When was the last time talking health was considered sexy? Or creative? Or passionate? Well, if you are a long time reader of Flashfree, you know that I don’t mince words and I don’t attempt to turn menopause or aging into a steamy soap opera (unless we’re talking steamy as in night sweats and hot flashes). However, I do try to approach the ‘what you need to know’ with humor, integrity and candor and stay away from fear mongering. That’s why I was excited to meet a lot of people last week who not only shared my passion for healthcare but more importantly, for conversing about it.
If you have not heard of ePatient Conference, you may want to check it out next year. It’s two solid days of engagement, exchange and networking. But if you take away the buzzwords, you are left with an opportunity to put creativity back into the way that healthcare is approached, managed and talked about.
Among the many incredible experiences — from hearing Seth Godin’s keynote to witnessing the VGo Robot take photos of the audience — none were quite as inspiring as meeting Google’s Chief Health Strategist, Roni Zeiger. And while Roni is undoubtedly doing some very cool things with Search and Trends over at the Google Headquarters, I was most impressed when he started telling me about Seduce Health. Along with co-founder Alexandra Drane, Roni started the site “to get a public conversation started about how we can reframe how we ask people to change their behavior, to live healthier and therefore happier lives. To move from fear and lecturing to passion and dreams, hope and beauty.”
It’s not a bad goal. But is it achievable?
It’s fairly clear that health messaging often falls on deaf ears and that sometimes, the individuals, experts and organizations leading the charge are the ones who are also misleading the very public they seek to educate. Take overweight and obesity for example, problems affecting an estimated two out of three American adults and at least 17% of all children. Obesity is the elephant in the room, acknowledged but rarely discussed without fear or lecturing, under- or misestimated and frequently inadequately addressed. Menopause is also a good example, a natural transition in a woman’s life that has been turned into the disease of the 21st century, medicalized by many health practitioners, manufacturers and the media, and mongered to the point where we have a burgeoning Menopause Industrial Complex based on greed, profit, fear and self-loathing rather than empathy and education.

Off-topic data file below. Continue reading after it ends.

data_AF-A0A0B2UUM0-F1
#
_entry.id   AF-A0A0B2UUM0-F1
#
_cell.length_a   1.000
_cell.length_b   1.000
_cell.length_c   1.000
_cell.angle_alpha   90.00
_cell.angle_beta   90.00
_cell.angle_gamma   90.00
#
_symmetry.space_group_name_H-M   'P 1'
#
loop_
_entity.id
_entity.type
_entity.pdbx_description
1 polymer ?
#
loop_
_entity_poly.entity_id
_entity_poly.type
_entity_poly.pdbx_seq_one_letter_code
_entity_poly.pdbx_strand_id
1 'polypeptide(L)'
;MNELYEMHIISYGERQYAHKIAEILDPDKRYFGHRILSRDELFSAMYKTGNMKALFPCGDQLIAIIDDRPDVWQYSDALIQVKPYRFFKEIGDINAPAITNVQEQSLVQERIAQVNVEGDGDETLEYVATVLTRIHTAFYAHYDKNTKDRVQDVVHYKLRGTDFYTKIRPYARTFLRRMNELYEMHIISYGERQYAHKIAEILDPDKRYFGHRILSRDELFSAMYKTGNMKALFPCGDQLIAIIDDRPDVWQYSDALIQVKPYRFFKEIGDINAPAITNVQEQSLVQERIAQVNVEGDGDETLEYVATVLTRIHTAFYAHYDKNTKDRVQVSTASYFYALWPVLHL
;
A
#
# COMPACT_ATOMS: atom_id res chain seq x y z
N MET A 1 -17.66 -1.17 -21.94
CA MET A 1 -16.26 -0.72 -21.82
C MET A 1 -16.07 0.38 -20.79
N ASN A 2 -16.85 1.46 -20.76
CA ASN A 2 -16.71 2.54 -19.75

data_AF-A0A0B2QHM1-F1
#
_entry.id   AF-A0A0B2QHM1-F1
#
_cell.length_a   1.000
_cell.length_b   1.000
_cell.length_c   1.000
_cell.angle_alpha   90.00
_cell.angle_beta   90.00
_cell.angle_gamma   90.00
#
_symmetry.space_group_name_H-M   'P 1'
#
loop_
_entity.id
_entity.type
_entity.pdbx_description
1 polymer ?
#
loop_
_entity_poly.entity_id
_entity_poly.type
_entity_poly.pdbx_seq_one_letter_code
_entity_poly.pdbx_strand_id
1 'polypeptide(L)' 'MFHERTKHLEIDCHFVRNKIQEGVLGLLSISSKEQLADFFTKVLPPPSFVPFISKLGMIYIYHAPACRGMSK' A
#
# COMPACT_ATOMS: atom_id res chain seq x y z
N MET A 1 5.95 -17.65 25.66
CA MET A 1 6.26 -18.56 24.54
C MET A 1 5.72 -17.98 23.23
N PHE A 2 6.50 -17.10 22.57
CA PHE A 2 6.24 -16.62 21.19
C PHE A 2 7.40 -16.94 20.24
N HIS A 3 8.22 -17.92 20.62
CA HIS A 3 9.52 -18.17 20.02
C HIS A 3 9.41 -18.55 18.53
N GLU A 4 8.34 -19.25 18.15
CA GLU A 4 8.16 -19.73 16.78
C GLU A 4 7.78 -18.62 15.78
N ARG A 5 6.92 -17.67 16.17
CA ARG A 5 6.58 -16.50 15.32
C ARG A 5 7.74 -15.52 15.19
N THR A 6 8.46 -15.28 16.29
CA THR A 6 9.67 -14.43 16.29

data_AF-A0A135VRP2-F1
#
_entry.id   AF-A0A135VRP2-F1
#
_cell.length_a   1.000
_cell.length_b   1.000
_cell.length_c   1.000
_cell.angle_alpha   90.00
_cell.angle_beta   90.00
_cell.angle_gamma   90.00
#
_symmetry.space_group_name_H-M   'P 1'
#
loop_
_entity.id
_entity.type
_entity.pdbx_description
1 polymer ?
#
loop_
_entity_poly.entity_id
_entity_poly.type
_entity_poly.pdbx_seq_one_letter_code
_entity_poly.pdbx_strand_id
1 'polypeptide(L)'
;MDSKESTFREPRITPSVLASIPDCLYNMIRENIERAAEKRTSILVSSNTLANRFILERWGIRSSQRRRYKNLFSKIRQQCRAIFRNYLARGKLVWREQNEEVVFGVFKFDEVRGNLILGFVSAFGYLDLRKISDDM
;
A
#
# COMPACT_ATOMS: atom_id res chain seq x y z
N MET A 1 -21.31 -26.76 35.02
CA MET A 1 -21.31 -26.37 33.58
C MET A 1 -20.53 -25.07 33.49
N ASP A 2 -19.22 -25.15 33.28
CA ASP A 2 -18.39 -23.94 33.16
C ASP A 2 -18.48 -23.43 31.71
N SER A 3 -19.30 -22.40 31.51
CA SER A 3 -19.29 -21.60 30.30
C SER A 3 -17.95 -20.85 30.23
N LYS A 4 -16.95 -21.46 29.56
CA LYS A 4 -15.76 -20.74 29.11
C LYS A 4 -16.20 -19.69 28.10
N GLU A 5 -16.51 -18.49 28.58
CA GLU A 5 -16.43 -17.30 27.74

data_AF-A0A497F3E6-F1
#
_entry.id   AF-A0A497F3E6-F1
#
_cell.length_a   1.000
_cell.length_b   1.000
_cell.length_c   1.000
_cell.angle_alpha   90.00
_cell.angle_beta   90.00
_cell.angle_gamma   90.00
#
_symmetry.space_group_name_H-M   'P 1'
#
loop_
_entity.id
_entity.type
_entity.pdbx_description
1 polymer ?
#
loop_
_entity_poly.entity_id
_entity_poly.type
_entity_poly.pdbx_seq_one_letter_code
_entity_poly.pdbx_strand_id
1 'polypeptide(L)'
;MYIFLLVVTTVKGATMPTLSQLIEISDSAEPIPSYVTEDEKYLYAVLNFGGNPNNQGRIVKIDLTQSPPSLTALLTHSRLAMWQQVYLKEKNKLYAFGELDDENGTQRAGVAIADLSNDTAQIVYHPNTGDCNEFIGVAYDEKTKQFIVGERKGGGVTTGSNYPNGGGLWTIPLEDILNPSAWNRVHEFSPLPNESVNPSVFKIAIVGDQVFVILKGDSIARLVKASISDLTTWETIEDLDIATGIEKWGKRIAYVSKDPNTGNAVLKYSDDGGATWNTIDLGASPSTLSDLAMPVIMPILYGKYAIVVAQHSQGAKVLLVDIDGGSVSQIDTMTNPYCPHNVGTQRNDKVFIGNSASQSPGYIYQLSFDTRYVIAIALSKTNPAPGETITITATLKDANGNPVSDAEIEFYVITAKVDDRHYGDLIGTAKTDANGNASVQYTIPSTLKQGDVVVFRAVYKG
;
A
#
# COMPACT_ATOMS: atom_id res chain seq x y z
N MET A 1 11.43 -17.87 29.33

When it comes to women’s health, I do believe that can be sensuous and passionate, not dry and stale. Along these lines, I recently wrote that:
taking control doesn’t have to mean that the aging process is denied, stopped or obliterated, medicalized or industrialized. Rather, it means taking charge to feel better, more vibrant, healthier so that you/we/I can live the best life I can live while we are alive. For me personally, that doesn’t mean hormone replacement or botox or lipo; it means trying to make more healthier decisions, control or address my symptoms with evidence-based alternatives and accept the transition as a natural part of my journey. I consider this time an opportunity for shifting priorities and interests that open all sorts of possibilities. And, I want to take the experience out of the closet and foster discussion and sharing. Ultimately, I’d like the see a more natural course driven by women themselves, as opposed to societal expectations and stigmatization of the aging process and as opposed to the Menopause Industrial Complex.
I’ve said it before and I’ll say it again. Let’s crowdsource menopause. Let’s make it a goal to seduce our peers and practitioners into talking about it, embracing it and not trying to change it into something its not: a four letter word. Aging can be a hopeful, positive experience.
What do you say? You in?
p.s. If you are curious about ePatient Conference, organizer Keven Kruse has graciously posted presenter slides here.